In Praise of Light Beer

No, silly, I don’t mean that kind of light beer, the “lite” sort of stuff. Rather, I come to sing the praises of simple 4% alcohol ale, what Lew Bryson has been championing as session beer and others have been alternately glorifying and vilifying.

Even more precisely, and at the same time more generally, I want to talk about the pint of Harviestoun Natural Blonde I enjoyed at the Tennents Bar in Glasgow just a shade over a week ago.

Before I begin, however, I should mention a couple of things. First off, what I remember of that fine pint of cask-conditioned ale is precisely that, what I remember. I had just come from a rather large dinner at an Indian restaurant and as such my palate was in less than fine fettle, so no written notes were made. And secondly, although I believe that the Summer Blonde to indeed be a very lovely ale, in this instance I see it as more a composite of many such ales on cask in pubs across the United Kingdom.

Now, back to that pint. It was, as its name suggests, blonde of hue. It had a bracing and refreshing, even stomach-settling, twang of American hops in its aroma and flavour, hops I later discovered – thanks to Harviestoun’s annoyingly slow-moving website – to be Cascades, although I would have guessed as much. It had a lightness of character that suited it equally to the consumption of several pints over the course of an afternoon or evening and the slaking of a pepper-and-salt-induced after-dinner thirst.

It was, in summation, the ideal beer for the moment. And for me, it proved several pints points.

First and most obvious of these is that it is entirely possible to make great-tasting, characterful beer at 4% alcohol by volume. Hell, it’s possible to do so at even lower levels of strength, although it probably gets quite tricky below, say, 3.2% or so. This is not to say that such beers are the be-all and end-all, or that they are what I want to drink all the time, but I’m happier knowing that they do exist.

(I knew this before, of course, from many trips to the U.K. and more than a few pints and half-litres of lower strength ales and lagers, but it’s nice to have that moment of pure clarity from time to time.)

Point number two is that British brewers tend to use American hops in cask-conditioned ales more effectively than do American brewers. This only makes sense, as they have more experience with creating cask-conditioned beers of all stripes, but it also reinforces the relative novelty of such ales on North American shores and their – again, relative – newness to brewers on this side of the proverbial pond. Nothing wrong with keg beers, says I, or the fact that it serves many North American ales much better than does cask.

Finally, and on a very much related note, the Natural Blonde reminded me that Cascade and other C-hop varieties work so well over here in part because of the quenching nature of their citrusy character. A well-Cascade-hopped ale can be a most a refreshing animal, whether poured from the keg or cask, and when the temperature soars well above normal Scottish or Yorkshire summer levels, or the three-pepper-symbol curry was the choice for dinner, that quality is very much appreciated.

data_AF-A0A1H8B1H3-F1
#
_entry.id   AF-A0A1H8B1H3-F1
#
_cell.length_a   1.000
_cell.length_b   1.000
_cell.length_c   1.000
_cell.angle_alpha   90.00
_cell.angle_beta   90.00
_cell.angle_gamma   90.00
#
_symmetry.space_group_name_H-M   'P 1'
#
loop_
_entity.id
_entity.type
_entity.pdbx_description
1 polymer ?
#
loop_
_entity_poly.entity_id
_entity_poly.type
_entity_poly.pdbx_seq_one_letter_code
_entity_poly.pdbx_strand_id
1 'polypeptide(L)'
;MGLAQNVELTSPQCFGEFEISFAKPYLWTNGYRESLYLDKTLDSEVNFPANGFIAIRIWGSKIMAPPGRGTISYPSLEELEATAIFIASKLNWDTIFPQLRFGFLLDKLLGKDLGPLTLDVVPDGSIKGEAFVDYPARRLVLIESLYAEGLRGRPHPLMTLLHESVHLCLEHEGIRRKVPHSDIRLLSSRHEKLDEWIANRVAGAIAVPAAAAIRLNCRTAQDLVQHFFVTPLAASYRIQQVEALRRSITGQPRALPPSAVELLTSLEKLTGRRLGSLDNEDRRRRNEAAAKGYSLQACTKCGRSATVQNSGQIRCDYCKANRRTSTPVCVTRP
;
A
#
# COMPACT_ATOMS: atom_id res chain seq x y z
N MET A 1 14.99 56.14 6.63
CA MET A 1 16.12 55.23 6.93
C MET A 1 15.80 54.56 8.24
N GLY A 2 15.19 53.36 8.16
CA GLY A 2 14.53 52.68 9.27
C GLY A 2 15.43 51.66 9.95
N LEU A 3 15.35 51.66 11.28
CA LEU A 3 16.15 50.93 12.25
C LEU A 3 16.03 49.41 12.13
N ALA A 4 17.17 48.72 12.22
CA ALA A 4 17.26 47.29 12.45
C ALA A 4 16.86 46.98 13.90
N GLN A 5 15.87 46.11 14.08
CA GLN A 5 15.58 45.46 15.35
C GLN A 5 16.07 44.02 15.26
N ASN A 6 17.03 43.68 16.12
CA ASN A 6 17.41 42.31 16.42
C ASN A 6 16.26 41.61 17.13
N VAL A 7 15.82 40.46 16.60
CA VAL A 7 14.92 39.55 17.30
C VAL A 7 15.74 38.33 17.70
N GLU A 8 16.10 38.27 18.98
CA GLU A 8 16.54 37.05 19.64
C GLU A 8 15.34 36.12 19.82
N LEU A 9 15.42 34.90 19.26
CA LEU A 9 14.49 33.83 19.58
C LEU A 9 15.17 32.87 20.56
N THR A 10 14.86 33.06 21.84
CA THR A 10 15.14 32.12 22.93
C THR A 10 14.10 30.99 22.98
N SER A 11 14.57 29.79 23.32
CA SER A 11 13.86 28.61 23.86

Meantime Brewing Steps Up

London’s Meantime Brewing has always struck me as a forward thinking organization. Even before I met brewer-founder Alastair Hook at the company’s Old Brewery in Greenwich – which is not to say their old brewery, out of which they were in the process of moving, but their then-new Old Brewery brewpub-restaurant – last year, I could tell this wasn’t your average British brewery. For starters, there were the bottles, sleek and obviously designed with restaurant sales at least somewhat in mind, and then the fact they brewed – gasp! – lagers, as well as cask and filtered ales.

Once I met and had the opportunity to chat at length with Hook, I became even more convinced. Here was an English brewer who recognizes the value in cask-conditioned ale, but also – sorry CAMRA – understands that there is beer life beyond the cask, including keg and bottled brews. And now, according to this press release, Hook & company have decided that in addition to brewing fine ales and lagers, it might not be such a bad idea to sell them, too.

(If you’re too lazy to click through to the announcement, it’s about Meantime having hired as their new CEO an ex-SABMiller marketing guy named Nick Miller. Miller, as Martyn Cornell explains over here, is the man responsible for the incredible success experienced in the U.K. of late by the Italian lager, Peroni, which Cornell reports has grown 29% in the twelve month period ending in April, 2010.)

I fear this appointment will send many in England to the barricades, fearful of “big brewery creep” in the craft sector, but I can’t help but feel it is a fine and intelligent move on Meantime’s part. Hook has never wanted his beers to languish as niche brands, and frankly most of them are far too good to be consigned to such a fate. Miller knows how to sell beer, even unremarkable, image-driven beer like Peroni, and seems to believe in the brand. The fit would appear ideal.

“I Only Eat Grilled Food…”

Ludicrous statement, that headline, isn’t it? I mean, why on earth would someone eschew boiled, fried, broiled, braised, roasted or raw food of any sort in deference to grilled fare? That would imply that the form of preparation is more important than the flavour of the food, wouldn’t it?

Welcome to the world of cask ale enthusiasts. Or at least some of them.

On the heels of the latest Campaign for Real Ale (CAMRA) controversy detailed in the story below, many, many bloggers and commentators have waded in with their views, from Martyn and his close to 100 comments (!) to Young Dredge to Tandleman to the Reluctant Scooper and even Mr. McL. By far to my mind the most extraordinary comment, however, is the following from a self-described “Prize winning brewer and beer blogger” named Ed:

And as a beer blogger that loves cask beer above all else I happen to think that good beer and form of beer are inextricably linked.

Which led to the headline above. As I have stated previously ad nauseum, I enjoy good cask-conditioned ale as much as the next guy, but I’ve also tasted my fair share of both good and bad cask ale, and good and bad bottled beer, keg beer, canned beer, kellerbier, bottle-conditioned beer, etc. For me, it’s all about how it tastes in my glass, not how it came to be there. To think otherwise would be, well, akin to only eating grilled food.